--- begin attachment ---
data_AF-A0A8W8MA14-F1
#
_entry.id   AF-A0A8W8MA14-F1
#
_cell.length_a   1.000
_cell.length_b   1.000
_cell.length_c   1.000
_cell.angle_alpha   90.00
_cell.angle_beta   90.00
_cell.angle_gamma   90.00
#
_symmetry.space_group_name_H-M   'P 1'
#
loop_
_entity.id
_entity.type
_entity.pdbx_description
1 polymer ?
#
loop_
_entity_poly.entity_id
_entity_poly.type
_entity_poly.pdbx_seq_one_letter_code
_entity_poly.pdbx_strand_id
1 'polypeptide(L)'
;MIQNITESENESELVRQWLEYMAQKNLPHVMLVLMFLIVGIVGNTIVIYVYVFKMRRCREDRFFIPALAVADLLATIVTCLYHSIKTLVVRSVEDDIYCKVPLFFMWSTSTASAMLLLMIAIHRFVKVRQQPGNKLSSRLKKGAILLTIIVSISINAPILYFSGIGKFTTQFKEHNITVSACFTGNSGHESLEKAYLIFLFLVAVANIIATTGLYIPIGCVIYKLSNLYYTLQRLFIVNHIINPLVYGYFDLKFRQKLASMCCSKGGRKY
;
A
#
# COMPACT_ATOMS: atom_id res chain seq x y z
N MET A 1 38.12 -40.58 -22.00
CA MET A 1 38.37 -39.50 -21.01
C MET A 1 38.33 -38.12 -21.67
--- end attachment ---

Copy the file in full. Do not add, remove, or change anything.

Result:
data_AF-A0A8W8MA14-F1
#
_entry.id   AF-A0A8W8MA14-F1
#
_cell.length_a   1.000
_cell.length_b   1.000
_cell.length_c   1.000
_cell.angle_alpha   90.00
_cell.angle_beta   90.00
_cell.angle_gamma   90.00
#
_symmetry.space_group_name_H-M   'P 1'
#
loop_
_entity.id
_entity.type
_entity.pdbx_description
1 polymer ?
#
loop_
_entity_poly.entity_id
_entity_poly.type
_entity_poly.pdbx_seq_one_letter_code
_entity_poly.pdbx_strand_id
1 'polypeptide(L)'
;MIQNITESENESELVRQWLEYMAQKNLPHVMLVLMFLIVGIVGNTIVIYVYVFKMRRCREDRFFIPALAVADLLATIVTCLYHSIKTLVVRSVEDDIYCKVPLFFMWSTSTASAMLLLMIAIHRFVKVRQQPGNKLSSRLKKGAILLTIIVSISINAPILYFSGIGKFTTQFKEHNITVSACFTGNSGHESLEKAYLIFLFLVAVANIIATTGLYIPIGCVIYKLSNLYYTLQRLFIVNHIINPLVYGYFDLKFRQKLASMCCSKGGRKY
;
A
#
# COMPACT_ATOMS: atom_id res chain seq x y z
N MET A 1 38.12 -40.58 -22.00
CA MET A 1 38.37 -39.50 -21.01
C MET A 1 38.33 -38.12 -21.67